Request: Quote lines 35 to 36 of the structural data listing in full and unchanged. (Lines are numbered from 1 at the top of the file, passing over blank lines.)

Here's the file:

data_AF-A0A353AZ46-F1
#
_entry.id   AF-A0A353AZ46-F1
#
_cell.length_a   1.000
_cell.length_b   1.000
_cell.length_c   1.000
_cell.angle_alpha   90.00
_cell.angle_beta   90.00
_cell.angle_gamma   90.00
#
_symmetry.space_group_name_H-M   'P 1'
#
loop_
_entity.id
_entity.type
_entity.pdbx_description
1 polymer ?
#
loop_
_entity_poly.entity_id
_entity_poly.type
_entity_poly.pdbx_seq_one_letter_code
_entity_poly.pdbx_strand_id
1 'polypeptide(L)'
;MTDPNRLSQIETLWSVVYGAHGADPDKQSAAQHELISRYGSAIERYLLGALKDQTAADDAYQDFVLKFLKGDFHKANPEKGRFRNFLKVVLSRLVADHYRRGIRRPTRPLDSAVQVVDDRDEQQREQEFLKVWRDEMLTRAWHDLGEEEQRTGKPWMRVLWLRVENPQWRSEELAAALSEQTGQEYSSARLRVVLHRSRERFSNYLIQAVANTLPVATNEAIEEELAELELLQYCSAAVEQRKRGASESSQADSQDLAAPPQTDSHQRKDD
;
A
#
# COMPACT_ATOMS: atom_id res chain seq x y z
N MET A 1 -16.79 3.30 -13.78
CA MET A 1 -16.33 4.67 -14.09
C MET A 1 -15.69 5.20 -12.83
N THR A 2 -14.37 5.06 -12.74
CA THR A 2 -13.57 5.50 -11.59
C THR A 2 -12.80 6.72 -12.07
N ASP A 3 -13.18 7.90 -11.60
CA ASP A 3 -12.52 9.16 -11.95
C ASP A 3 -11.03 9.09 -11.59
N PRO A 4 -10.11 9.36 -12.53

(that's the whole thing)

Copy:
CA THR A 2 -13.57 5.50 -11.59
C THR A 2 -12.80 6.72 -12.07